I was abused when I was five years old. Growing up with alcoholic parents was a living hell.
Now I am happily married…. However, my parents are still alcoholics. Now they are raising my younger sister’s daughters because she is a drug addict…. When I went to visit them today, I found my mother inebriated with the two-year-old beside her, and my father behind closed doors in the bedroom with the six-year-old! I believe he’s abusing the little girl! What should I do? I’m not sure if my own experience has put these thoughts in my head, or if my silence makes me an accomplice to a crime such as that. I have wept all day thinking that this little child might be going through what I went through.
Help me, please! The anxiety and sadness have returned at the mere thought of this.
I am very sorry to hear about your difficult childhood. Growing up with alcoholic parents is extremely difficult, and we congratulate you for not choosing that kind of life for yourself. The additional trauma of sexual abuse was another obstacle that you overcame, so now you know better than most people why that abuse should never happen to another child.
Your story was not clear as to whether it was your father who molested you, or someone else. If it was your father, then you have evidence that he is a pedophile, and it is your urgent responsibility to do what it takes to get your niece out of danger. If your country prosecutes pedophiles, then you need to immediately report what happened to you to the police, also telling them your fears about what may be happening to your niece.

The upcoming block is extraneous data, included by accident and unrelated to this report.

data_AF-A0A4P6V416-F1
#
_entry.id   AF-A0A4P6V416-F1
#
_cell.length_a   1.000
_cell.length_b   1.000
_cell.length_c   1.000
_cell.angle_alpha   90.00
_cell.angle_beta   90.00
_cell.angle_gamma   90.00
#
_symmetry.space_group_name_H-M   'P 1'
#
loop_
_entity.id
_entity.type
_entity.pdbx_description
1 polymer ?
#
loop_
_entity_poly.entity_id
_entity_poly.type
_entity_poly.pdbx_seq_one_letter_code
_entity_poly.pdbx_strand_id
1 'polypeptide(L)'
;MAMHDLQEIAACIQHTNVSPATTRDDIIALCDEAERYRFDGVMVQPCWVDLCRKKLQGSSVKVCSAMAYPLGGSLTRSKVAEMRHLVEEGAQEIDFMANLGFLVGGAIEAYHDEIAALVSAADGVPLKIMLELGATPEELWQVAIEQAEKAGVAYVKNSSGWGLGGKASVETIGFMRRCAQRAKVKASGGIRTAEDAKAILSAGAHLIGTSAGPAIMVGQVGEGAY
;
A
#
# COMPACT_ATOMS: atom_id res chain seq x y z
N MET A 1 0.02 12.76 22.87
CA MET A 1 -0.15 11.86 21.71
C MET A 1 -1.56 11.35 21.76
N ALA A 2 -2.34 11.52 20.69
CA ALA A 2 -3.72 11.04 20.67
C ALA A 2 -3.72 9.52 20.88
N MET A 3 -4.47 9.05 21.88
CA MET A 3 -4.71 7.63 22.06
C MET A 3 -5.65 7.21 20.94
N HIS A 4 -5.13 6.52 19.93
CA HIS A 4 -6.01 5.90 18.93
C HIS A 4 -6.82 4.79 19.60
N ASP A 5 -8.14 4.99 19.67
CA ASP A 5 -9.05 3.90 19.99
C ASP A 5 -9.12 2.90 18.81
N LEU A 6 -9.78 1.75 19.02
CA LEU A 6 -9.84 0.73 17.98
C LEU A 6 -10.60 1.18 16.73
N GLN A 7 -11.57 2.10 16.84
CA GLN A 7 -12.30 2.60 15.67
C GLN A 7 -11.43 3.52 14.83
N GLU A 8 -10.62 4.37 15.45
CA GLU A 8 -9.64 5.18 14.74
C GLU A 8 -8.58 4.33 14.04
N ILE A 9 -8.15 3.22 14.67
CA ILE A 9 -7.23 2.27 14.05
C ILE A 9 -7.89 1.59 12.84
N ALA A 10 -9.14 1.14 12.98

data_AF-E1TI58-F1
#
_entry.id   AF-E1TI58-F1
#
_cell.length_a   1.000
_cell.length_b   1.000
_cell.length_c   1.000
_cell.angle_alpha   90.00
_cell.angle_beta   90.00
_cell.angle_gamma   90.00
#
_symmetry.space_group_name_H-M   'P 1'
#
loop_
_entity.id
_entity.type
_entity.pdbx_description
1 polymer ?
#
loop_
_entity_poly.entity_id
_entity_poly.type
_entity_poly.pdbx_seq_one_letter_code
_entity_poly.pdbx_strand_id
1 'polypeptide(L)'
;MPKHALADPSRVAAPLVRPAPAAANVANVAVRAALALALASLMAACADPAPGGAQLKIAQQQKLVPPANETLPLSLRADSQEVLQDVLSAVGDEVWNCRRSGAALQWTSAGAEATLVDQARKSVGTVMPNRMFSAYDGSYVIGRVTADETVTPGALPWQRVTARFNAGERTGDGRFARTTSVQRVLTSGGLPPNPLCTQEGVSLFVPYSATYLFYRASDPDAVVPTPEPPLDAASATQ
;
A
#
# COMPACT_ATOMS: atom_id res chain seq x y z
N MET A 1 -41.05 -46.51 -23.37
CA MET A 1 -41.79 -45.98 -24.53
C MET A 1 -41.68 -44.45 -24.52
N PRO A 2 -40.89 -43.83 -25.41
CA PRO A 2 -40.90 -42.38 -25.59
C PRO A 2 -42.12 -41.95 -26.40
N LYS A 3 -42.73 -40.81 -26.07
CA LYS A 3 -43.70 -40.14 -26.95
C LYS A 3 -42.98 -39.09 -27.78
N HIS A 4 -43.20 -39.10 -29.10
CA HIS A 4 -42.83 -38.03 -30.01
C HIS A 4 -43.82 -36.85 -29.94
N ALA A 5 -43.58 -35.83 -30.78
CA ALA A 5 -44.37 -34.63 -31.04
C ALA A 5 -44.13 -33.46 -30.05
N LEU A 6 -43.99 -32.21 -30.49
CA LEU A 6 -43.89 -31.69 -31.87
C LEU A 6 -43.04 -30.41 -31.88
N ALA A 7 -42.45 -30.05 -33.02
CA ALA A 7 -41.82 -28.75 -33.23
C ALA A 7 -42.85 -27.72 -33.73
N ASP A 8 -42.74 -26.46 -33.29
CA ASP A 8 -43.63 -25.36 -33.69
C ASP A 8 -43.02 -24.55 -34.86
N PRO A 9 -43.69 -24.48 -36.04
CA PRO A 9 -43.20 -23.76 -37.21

Of course, most of your family will be angry and will blame you for all the legal and financial problems that will result when your father is arrested. But no matter what they say, and no matter what happens, you will be doing the right thing for the little girl and for any other children that he would have abused in the future.
On the other hand, if your country does not actively prosecute pedophiles, or if what happened to you was too far in the past to be prosecuted now, then you must confront your father and also reveal the truth to all your other family members. You must bring your secret out into the open so that others can understand why your niece needs to be protected now.
However, if your father was not your abuser, then perhaps your own experience has affected how you perceived the current situation in your parents’ home. Certainly you should keep observing and checking to see if there is any evidence of abuse; but if there is none, there is no reason to make any accusations.
In either case, the children do not seem to be well cared for. If your extended family cannot find a better solution for the children’s care, then you may need to report the situation to the appropriate social service agency in your country and ask for their help.
These children, growing up with an addict for a mother and alcoholics for grandparents, are going to have emotional issues to work through. More than anything, they need strong and healthy role models. You and your wife can be examples to them, and as they grow you can teach them about a Heavenly Father who loves them and wants to give them a better life. Find a church where there are classes for children and make sure that you take them regularly. God has loving teachers who can be a positive influence in the children’s lives if given the opportunity.
None of this will be easy, but with God’s help and your wife’s support, you can do what needs to be done. Strength comes from the Lord1, so ask Him for His help.
1 Php 4:13